It's nice to see a newsclipping in its original form and from the exact "moment" of the encounter itself. This always gives me an irrational feeling of the story being better grounded than simply hearing it out of a "modern" mouth. One of the frequent and rewarding things about these Sanderson notebooks is that Ivan will have an original newsclip here and there.
The one above tells the story in typical news item brevity. It's actually not a bad re-telling. The following is the incident as I synthesize it from Ivan's "stack" of references. As with most of our astounding encounters, it was not as long, nor as elaborate as we would like ... just seeming to be very real.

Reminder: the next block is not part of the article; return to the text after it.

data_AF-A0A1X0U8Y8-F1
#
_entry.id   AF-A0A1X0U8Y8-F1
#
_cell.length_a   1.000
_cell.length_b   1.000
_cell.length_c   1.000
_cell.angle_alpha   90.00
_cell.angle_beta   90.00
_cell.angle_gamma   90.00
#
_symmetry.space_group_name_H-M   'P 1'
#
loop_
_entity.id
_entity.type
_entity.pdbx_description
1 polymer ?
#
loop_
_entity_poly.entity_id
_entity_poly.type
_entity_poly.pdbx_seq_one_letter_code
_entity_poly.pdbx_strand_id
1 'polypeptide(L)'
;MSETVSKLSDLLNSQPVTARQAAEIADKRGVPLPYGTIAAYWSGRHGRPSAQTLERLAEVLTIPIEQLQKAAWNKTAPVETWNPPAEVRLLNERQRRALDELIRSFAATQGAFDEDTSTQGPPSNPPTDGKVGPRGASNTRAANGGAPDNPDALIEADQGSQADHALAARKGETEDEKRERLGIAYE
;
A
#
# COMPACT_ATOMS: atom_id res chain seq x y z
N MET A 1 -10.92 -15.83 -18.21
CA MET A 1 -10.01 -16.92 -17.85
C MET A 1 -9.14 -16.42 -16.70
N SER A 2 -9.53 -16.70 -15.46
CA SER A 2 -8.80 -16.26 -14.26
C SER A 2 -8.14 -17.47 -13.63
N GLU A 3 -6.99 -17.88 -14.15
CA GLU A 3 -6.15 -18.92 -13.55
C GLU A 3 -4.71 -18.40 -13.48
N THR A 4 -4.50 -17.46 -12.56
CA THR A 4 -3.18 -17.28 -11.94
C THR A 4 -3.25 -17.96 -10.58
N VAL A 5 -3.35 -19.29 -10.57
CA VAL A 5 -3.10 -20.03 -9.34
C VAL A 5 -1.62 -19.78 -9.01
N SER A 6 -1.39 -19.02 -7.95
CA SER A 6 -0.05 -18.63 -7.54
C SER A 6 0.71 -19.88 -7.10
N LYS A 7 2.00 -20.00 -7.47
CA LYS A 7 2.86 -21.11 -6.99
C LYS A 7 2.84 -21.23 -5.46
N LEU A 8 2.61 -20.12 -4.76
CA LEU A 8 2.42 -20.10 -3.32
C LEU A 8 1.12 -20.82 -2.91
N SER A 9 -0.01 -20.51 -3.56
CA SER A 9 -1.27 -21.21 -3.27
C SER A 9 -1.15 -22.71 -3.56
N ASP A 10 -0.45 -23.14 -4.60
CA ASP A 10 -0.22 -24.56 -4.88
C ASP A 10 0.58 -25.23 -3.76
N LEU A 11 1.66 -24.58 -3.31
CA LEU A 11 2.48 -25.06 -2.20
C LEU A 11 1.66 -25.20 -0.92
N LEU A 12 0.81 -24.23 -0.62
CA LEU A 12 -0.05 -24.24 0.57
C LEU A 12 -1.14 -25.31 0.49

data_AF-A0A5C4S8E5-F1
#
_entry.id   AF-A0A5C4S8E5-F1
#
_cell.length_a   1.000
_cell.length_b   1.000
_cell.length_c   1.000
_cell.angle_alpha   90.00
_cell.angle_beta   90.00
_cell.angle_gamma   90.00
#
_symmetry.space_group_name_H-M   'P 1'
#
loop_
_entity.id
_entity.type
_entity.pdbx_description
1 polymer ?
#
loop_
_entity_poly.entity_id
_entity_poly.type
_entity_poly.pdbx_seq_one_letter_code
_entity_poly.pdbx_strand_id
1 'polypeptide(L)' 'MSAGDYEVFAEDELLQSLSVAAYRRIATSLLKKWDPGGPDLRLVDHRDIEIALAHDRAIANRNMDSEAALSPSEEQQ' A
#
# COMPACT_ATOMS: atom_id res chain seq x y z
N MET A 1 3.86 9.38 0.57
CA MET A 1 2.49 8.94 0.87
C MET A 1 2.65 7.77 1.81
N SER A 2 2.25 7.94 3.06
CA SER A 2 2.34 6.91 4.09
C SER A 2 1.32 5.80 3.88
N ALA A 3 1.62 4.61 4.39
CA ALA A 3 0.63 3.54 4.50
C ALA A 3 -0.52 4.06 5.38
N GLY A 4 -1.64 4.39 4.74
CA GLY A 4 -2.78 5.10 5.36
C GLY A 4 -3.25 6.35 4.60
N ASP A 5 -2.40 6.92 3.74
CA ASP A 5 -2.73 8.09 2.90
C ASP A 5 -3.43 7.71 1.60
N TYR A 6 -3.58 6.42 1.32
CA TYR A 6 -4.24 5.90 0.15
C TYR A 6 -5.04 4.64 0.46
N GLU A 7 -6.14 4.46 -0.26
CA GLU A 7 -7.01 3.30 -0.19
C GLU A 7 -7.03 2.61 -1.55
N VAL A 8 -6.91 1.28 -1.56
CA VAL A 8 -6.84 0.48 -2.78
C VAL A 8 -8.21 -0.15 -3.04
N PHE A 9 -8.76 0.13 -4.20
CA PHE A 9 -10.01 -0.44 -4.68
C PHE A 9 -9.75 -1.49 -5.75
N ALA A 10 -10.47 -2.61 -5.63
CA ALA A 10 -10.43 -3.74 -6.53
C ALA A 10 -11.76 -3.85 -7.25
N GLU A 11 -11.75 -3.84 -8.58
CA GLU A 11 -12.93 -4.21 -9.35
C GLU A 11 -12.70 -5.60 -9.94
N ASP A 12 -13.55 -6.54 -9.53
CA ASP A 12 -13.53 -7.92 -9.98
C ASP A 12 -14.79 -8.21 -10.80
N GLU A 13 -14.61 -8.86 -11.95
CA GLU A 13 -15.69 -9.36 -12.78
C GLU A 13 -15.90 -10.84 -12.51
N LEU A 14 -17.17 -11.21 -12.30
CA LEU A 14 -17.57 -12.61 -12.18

The Grace Lines ship Santa Clara was 118 miles due east of Cape Lookout [which is around the general area of Cape Hatteras in the Carolinas] and had just passed beyond the Gulf Stream prior to turning and heading for Cartagena Colombia. "The sea was calm like a sheet of glass". [Folks, I get a creepy feeling every time I read that line in these cases. I know that such a thing can occur naturally, but this still reeks of something similar to the OZ Factor in other anomalistic events and particularly High Strangeness UFO cases. Anyway....]. A ship's officer noticed a terrific disturbance in the water. A "snakelike" head, described as shaped exactly like an "adder", reared up out of the sea. [ you will note below that the original telegram described the animal as having an eel-like head; in all the later interviews the thing is described like an adder; well, pick and choose]. This "snake's" head was slightly elongated [five feet long and 2 1/2 feet wide] and slightly flattened [two feet top to bottom]. The neck was two feet in diameter gradually thickening to three feet for the body. The body was "clean": no fins, no hair, no protuberances. Just a great dark gray-brown, smooth, slick "snake".